What does that mean, girlfriend?
On March 21, 2012 John asked me to be his “girlfriend”. I had no idea what that even meant to him.
I’ve used the term “girlfriend” casually and never thought of what it meant to anyone else. To John it was a big deal. It was a step towards “forever” and his experience with forever wasn’t a good one.
I’d met John eight months earlier, and I can say that the best thing that ever happened to us…for us… was the fact that we became friends first. Once the pressure of the possibility of a romantic relationship was taken off the table, we both relaxed and stopped acting like peacocks looking for a mate.
There was no need to try to impress the other in hopes of “pick me”. Continue reading
I’ve clearly been dragging my feet about sharing this next part of my (our) story. But here goes…
It was February 2012 when I had the unfortunate incident with my co-worker at the winery. It was also that incident that got me to pick up the phone and call John.
I knew I wanted to tell him and get his support and I’ll admit, even a hug. Which is exactly what I got.
Over the next three weeks we talked almost every day. We played tennis and hiked and went to coffee and dinners together. Just like we used to.
He was still busy driving back and forth to the valley to get his house ready for the new tenant. But most days we were doing something together. Continue reading
For those who have been following along on my blog you know when John and I first met, through online dating, we became “just friends”. We both started dating other people, but because of his columns that I was editing, we talked almost daily.
He would come over and sit on my deck and we’d talk for hours about our lives. We played tennis and met for coffee several times a week. We shared our stories with each other and helped each other through difficult breakups.
My favorite times together where when we sat on that deck and John talked about his childhood, his family and growing up. He had some of the funniest stories to share, and they found their way into his columns.
His readers loved it as much as I did.
I’ve written before that 1999 was a difficult year for me. I moved, divorced, lost friends, changed jobs, had surgery and turned 40. It was a big year.
When I moved from my farm into town I went from 20 acres, a 3,000 square foot home, a shop and barn, lots of animals and spectacular views, to a 900 square foot home on a tiny lot, a carport and one dog. We split the dogs up when we got a divorce, but the kids came with me.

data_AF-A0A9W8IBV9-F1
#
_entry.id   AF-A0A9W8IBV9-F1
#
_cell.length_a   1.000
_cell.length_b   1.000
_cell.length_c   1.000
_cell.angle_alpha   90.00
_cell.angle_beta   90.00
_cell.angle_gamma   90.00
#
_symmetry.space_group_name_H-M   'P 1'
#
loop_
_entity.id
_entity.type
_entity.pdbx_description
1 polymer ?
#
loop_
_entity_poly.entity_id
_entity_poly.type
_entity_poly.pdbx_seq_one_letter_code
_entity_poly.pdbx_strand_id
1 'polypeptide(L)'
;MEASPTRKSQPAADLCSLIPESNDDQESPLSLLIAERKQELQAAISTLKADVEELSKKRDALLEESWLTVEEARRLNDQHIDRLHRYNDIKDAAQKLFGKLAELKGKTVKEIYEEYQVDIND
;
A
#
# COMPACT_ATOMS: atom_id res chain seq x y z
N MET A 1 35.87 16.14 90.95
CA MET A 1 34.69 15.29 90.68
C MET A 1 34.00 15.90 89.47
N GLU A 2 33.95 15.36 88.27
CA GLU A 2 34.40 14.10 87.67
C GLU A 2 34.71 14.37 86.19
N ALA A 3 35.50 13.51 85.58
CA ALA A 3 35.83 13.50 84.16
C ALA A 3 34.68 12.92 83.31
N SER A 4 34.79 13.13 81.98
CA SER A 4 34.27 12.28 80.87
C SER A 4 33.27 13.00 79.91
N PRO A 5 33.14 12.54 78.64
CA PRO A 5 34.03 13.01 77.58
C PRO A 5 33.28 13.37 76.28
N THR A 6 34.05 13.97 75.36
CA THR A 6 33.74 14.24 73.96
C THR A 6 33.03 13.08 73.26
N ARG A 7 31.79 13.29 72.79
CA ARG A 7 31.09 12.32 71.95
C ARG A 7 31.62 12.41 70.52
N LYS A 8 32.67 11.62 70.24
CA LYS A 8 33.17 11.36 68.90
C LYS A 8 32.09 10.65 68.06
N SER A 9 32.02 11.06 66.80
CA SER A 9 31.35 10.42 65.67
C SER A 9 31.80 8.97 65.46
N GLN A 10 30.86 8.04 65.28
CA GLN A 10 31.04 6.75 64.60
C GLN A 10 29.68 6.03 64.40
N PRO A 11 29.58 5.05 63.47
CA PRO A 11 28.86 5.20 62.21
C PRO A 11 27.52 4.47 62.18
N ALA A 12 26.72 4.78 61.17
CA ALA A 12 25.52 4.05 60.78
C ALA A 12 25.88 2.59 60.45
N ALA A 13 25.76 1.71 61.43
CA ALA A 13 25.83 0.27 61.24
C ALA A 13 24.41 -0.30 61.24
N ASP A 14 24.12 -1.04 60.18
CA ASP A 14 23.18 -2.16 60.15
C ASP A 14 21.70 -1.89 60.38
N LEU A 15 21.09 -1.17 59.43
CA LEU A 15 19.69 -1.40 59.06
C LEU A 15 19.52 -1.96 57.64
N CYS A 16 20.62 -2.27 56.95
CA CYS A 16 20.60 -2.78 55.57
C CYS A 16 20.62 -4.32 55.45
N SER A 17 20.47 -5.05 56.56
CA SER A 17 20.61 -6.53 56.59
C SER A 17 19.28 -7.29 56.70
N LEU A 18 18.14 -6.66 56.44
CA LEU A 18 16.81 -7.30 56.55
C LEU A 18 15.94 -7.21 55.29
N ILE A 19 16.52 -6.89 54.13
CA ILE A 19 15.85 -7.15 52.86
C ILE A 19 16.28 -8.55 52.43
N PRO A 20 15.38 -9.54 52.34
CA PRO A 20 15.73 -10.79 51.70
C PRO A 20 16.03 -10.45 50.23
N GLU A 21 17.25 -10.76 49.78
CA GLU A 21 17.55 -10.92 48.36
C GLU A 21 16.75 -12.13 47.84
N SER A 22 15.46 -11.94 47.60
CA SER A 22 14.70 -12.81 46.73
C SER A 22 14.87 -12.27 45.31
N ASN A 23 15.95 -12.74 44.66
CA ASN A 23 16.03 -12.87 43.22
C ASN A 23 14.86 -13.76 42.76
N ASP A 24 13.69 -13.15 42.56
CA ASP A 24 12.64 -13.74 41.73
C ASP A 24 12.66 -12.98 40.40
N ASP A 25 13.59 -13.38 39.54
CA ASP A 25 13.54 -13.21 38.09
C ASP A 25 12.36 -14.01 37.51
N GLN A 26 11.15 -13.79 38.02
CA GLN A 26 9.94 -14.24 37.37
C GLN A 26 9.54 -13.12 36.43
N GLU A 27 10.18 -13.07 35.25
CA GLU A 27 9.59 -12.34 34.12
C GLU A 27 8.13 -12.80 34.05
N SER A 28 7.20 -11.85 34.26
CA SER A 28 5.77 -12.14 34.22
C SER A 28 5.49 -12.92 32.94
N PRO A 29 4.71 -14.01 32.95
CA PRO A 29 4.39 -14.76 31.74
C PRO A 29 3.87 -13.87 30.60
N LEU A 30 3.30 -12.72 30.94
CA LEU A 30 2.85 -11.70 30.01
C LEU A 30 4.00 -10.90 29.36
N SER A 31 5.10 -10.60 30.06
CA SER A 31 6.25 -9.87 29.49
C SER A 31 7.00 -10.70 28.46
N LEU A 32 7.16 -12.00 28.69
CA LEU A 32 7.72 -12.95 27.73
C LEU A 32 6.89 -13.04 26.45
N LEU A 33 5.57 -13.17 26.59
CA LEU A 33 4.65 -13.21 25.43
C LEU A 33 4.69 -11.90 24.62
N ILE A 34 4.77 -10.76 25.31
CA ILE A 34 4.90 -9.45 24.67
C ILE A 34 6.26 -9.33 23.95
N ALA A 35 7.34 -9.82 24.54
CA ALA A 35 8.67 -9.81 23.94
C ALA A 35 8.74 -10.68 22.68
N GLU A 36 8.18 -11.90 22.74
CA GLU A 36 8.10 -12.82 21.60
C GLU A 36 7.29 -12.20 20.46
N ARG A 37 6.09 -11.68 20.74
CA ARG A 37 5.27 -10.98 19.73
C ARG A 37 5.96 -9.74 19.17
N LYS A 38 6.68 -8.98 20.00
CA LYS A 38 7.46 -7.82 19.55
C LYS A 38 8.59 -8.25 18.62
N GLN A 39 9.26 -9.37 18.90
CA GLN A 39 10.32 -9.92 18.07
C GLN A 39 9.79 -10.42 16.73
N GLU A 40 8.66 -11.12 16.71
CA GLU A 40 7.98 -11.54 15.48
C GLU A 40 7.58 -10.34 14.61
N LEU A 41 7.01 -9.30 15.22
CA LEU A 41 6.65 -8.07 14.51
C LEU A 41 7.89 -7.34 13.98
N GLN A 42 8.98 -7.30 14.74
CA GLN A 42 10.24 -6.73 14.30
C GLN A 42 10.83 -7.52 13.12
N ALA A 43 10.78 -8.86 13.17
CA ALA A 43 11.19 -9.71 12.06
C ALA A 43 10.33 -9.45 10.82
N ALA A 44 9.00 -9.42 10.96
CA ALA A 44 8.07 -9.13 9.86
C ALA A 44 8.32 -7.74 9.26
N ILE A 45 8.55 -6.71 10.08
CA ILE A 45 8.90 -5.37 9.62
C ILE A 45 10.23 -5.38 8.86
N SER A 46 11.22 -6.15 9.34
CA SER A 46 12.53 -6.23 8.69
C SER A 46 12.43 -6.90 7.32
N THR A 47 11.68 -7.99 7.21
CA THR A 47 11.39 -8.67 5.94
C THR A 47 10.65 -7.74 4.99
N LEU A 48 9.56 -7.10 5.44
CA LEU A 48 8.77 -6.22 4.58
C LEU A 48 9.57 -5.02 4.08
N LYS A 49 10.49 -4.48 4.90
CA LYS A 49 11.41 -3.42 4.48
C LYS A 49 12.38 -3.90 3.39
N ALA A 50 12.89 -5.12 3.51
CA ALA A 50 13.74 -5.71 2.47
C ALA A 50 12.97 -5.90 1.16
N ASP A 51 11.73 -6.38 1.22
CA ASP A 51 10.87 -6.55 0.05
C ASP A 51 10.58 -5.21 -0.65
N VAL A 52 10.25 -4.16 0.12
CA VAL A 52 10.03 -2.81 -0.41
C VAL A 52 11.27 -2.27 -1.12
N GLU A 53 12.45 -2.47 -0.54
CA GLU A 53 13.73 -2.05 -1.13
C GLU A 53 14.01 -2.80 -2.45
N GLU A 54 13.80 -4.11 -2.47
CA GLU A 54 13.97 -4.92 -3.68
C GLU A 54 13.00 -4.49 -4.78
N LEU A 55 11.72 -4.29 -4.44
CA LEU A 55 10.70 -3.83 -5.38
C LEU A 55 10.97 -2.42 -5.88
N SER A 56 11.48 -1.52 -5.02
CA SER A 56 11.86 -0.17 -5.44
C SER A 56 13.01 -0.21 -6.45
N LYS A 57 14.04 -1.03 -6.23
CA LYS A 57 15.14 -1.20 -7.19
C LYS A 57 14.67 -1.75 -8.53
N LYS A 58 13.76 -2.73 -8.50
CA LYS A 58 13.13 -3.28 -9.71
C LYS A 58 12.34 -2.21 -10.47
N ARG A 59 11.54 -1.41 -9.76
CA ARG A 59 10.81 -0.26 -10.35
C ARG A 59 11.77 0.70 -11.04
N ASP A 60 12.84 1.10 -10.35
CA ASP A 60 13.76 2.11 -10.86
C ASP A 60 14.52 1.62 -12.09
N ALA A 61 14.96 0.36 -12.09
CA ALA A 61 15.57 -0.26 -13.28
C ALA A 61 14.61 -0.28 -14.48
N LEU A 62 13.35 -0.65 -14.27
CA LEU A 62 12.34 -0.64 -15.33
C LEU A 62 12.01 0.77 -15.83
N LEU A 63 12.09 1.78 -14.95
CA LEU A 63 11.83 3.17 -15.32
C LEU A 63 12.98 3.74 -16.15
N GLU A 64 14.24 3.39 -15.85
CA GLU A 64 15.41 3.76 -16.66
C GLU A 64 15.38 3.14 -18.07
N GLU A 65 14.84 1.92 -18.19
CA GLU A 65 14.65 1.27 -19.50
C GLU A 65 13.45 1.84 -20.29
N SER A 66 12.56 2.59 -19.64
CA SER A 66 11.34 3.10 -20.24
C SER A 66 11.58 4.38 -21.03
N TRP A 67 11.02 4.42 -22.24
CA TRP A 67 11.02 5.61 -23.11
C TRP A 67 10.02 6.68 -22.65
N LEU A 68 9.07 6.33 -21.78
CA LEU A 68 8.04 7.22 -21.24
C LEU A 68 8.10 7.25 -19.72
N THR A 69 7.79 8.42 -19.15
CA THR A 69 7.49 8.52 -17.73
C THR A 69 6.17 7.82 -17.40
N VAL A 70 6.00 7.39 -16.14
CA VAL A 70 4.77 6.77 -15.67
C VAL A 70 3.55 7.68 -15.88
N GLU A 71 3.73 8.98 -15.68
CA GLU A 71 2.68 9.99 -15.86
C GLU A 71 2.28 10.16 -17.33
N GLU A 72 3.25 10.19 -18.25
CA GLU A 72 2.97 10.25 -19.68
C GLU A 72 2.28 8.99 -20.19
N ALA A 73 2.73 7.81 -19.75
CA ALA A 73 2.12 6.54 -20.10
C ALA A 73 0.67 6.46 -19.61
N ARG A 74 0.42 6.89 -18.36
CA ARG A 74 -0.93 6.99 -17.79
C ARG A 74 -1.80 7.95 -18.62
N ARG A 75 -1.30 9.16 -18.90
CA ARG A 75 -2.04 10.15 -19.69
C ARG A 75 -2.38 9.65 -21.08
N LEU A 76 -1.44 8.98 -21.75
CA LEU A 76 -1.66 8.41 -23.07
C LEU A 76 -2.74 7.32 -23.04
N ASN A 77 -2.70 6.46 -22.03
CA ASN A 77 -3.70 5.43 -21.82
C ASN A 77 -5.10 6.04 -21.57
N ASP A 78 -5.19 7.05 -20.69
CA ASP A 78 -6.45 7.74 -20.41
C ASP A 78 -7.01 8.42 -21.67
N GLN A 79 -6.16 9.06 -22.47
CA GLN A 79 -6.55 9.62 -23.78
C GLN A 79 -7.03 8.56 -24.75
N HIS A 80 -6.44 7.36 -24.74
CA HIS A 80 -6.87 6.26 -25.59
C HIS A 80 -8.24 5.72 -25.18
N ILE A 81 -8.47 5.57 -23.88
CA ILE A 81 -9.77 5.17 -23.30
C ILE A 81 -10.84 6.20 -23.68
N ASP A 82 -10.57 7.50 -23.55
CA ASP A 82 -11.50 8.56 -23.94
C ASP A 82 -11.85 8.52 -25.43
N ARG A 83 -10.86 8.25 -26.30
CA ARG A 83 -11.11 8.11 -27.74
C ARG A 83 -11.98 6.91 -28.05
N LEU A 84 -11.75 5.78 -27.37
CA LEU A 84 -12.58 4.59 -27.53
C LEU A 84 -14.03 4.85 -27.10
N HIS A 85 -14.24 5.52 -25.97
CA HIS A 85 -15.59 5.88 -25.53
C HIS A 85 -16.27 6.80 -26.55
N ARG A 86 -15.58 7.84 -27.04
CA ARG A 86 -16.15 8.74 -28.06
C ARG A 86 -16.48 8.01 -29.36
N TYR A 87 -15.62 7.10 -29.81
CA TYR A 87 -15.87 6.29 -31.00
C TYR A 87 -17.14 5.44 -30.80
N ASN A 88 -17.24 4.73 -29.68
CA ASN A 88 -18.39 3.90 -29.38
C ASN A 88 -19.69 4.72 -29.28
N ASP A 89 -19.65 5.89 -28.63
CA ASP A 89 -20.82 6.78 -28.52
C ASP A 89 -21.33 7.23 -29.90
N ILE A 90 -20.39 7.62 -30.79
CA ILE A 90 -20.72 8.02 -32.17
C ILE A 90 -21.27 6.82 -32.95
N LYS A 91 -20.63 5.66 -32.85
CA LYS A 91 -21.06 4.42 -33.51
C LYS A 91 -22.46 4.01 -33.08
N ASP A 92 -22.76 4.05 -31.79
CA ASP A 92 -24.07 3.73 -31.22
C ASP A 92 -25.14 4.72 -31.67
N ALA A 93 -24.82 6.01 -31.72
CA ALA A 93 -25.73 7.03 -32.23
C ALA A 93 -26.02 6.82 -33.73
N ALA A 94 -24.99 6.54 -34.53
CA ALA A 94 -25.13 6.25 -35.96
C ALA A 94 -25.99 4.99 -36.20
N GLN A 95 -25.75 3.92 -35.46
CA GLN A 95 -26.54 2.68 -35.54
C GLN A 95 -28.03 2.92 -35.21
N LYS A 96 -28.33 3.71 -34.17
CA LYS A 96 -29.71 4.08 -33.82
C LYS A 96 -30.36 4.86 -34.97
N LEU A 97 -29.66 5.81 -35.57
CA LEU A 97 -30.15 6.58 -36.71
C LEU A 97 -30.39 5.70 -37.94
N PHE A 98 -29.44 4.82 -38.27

So I learned how to share a bathroom with teenage boys, make the best of our small house and go for walks in the park that was just a block away. I was finding my way again in the world, and it was exciting and scary.
I have been fortunate to meet so many amazing bloggers online, and Cat Coluccio has proven to be an exceptional treasure indeed. The more I learn about her, the more impressed I am. She gives us a taste of her background on her Rocking Midlife blog… Continue reading
When my husband and I made the decision to separate and divorce we agreed we were going to be the couple that could do it the right way. What we hope for and what becomes reality can be quite different.
I’ve heard it said that whatever you are fighting about during your marriage is also what you fight about during the divorce. I had no idea just what a fight I was in for. We couldn’t agree on anything. Continue reading
Getting a divorce after 18 years of marriage and having two kids is not an easy thing to do.
And it hurts. A lot. For everyone involved.
For that reason, it was extremely important for us to try everything we could to repair our marriage. I’m proud of the fact that we tried to find the answers, for years. It was no easy decision to end it and wasn’t taken lightly by either of us. But once the decision was finally made, a new set of problems arose. Continue reading
As a teenage girl, living with a single older father had its challenges. One time I got in trouble because he found a razor in the bathtub, and asked me if I was shaving my legs. I was in ninth grade.
We were living in Oregon at the time, and I hated it. I was going to a strange new school, and I had no friends. The first day of ninth grade, I met a girl in the cafeteria who asked my name. When I told her, she laughed and said her uncle had a dog named Loretta. That was also the school where I was teased for having “chicken legs” because I was so skinny. I wanted to go back home to Michigan.
My dear sister Linda is 15 years older than I am and like a second mother to me. She came to my rescue and told our father that she was moving back to Hart. And she was taking me with her. I was elated. We packed up her car and her three young boys, and headed back home.
That’s when I met Greg. He was two years older, my brother’s best friend, tall and blonde and so sweet. We hit it off immediately and before long we were dating. I was happy and busy with a new boyfriend, school and work.